Results and analysis

Four results were selected from the Spark experiment were selected for further analysis and are shown in Figure 7. Each of the selected Spark hits have been chosen to either enhance activity, and/or to challenge the model since it was built on a relatively small number of compounds.

Each of the proposed bioisosteric replacements are derived from commercially available reagents that are shipped from the supplier within 2 days to 4 weeks.

In (a), the pyrazolopyridine replacement would test the importance of the H-bond acceptor strength on the original imidazopyridine. Moving the heteroatom across the ring results in a weaker H-bond acceptor while maintaining a reasonable density above the ring. Note that this replacement results in a richer central pyrimidine ring.

The dihdropyrroloimidazole (b) has similar electrostatics to that starting ligand but tests the requirement for an electron deficient aromatic by saturating this ring, removing all pi-electrons from this region.

In (c), the benzofuran might be suitable for testing the model as it removes the strong H-bond acceptor altogether, replacing it with a weak feature. Whilst this might not be productive in activity the molecule would add knowledge to the model and the reagent is available immediately.

Finally, (d) suggests replacing the imidazopyridine with a quinoline. The change from 5,6 to 6,6 ring introduces a different geometry for the H-bond acceptor but maintains many of the electrostatic features of the starting ligand in a reagent that is available for immediate dispatch. If this substitution was tolerated then the spark results contain other, more exotic suggestions that include a H-bond acceptor in a 6 membered ring in this position.

Figure7
Figure 7. The starting ligand from 1OIT and selected Spark results (a-d). Top: in 2D. Center: in 3D showing positive and negative interaction potentials. Bottom: presented in the context of the Activity Atlas activity cliff summary for electrostatics.

Conclusion

This article presents our approach to answering the three questions at the heart of medicinal chemistry design:

1. What to make next?

Every chemist has a collection of tricks and substitutions that have been built up from their laboratory experience. Spark enhances the generation of ideas in an unbiased way, and in combination with a chemist’s intuition, can provide ideas about what compounds can be made that are in potentially open IP space, but still retain the characteristics of active molecules. The Spark experiment using eMolecules reagent databases also provides tier and ordering information for applicable reagents exploiting specific chemical reactions to improve laboratory efficiency.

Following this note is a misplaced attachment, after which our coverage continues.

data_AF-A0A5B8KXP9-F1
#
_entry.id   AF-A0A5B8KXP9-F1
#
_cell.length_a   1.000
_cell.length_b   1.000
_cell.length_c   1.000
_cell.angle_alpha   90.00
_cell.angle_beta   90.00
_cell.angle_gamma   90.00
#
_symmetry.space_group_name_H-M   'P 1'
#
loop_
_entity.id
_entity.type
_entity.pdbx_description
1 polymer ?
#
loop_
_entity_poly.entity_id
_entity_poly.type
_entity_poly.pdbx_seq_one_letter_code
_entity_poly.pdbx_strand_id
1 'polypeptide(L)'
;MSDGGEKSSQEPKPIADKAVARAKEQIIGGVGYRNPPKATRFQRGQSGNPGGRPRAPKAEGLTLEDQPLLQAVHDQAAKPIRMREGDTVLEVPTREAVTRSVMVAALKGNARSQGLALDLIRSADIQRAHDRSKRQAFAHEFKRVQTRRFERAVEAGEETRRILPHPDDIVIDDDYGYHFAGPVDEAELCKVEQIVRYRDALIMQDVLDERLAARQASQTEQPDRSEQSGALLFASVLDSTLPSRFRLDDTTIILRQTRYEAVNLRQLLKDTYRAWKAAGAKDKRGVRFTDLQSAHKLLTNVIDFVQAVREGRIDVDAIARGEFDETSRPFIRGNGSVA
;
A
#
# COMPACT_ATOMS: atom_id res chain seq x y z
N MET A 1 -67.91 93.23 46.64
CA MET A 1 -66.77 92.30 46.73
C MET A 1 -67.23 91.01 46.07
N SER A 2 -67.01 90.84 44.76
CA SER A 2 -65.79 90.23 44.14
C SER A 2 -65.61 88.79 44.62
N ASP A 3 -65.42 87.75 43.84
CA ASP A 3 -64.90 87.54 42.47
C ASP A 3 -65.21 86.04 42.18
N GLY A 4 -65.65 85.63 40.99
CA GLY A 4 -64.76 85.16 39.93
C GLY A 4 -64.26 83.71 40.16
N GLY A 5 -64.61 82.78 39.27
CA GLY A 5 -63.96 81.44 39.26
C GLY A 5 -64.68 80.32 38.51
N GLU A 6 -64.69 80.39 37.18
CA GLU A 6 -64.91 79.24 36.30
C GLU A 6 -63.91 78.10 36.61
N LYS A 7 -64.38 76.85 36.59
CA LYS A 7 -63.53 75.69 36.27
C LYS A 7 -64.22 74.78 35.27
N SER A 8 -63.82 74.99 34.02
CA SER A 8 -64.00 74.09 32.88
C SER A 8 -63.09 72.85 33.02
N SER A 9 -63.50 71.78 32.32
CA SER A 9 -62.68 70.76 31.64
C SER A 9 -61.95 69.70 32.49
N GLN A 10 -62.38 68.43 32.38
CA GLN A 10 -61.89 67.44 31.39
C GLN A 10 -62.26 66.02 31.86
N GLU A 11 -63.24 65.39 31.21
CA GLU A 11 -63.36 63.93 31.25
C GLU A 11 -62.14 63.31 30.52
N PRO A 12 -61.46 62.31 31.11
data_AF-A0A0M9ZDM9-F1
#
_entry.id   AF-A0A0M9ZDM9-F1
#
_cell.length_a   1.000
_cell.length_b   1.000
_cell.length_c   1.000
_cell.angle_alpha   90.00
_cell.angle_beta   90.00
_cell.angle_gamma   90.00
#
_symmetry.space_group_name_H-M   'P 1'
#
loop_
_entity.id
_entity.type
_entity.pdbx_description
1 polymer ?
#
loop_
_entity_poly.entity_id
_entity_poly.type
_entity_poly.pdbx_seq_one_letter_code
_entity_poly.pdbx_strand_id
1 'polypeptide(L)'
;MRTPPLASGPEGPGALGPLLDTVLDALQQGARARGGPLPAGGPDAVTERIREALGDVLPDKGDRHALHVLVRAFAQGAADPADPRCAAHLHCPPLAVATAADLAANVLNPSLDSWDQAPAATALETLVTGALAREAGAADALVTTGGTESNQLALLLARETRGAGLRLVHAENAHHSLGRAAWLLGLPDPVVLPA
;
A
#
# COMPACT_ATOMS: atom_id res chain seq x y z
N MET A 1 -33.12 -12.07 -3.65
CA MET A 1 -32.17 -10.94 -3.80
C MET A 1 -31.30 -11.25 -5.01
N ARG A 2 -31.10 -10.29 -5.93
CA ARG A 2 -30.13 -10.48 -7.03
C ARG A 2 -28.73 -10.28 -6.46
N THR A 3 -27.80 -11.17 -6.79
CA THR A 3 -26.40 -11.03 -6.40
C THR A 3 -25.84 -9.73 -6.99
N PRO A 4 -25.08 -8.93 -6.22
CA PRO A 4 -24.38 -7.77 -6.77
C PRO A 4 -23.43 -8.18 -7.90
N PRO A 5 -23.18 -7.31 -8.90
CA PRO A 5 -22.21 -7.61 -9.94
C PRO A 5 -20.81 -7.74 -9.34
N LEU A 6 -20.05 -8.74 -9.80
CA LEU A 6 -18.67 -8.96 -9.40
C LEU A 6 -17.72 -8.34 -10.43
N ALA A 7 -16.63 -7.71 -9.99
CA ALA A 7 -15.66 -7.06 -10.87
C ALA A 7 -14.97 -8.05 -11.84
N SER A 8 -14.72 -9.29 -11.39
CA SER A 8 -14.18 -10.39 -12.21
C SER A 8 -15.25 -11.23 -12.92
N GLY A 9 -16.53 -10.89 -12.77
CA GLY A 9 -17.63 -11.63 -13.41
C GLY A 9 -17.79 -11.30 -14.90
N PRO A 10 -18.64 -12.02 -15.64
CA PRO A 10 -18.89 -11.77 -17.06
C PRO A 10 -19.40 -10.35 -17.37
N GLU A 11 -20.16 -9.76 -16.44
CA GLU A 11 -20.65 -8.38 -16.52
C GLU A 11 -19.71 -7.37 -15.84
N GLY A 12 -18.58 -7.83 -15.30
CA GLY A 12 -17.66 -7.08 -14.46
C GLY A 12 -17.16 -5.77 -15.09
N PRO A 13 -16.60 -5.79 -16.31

2. Why should it be made?

Taking the Spark and chemist-designed ideas and examining them in the context of the Activity Atlas models is a way to ensure that new compounds meet the characteristics of active molecules, or conversely, are designed to test specific aspects of the models. The combination of average active molecule and activity cliff summary maps can provide the rationale needed to give confidence that taking a new design to the laboratory is worth the effort.

3. Has this chemical space been explored previously?

The region explored analysis combined with the novelty calculation within Activity Atlas can be used to assess whether the Spark and chemist-design ideas lie within the already explored chemical space, or whether they map regions of this space so far unexplored.

References and links

http://www.cresset-group.com/activity-atlas/

http://www.cresset-group.com/products/spark

http://www.cresset-group.com/products/forge

4 P. Bento, A. Gaulton, A. Hersey, L.J. Bellis, J. Chambers, M. Davies, F.A. Krüger, Y. Light, L. Mak, S. McGlinchey, M. Nowotka, G. Papadatos, R. Santos and J.P. Overington (2014) ‘The ChEMBL bioactivity database: an update.’ Nucleic Acids Res., 42 1083-1090.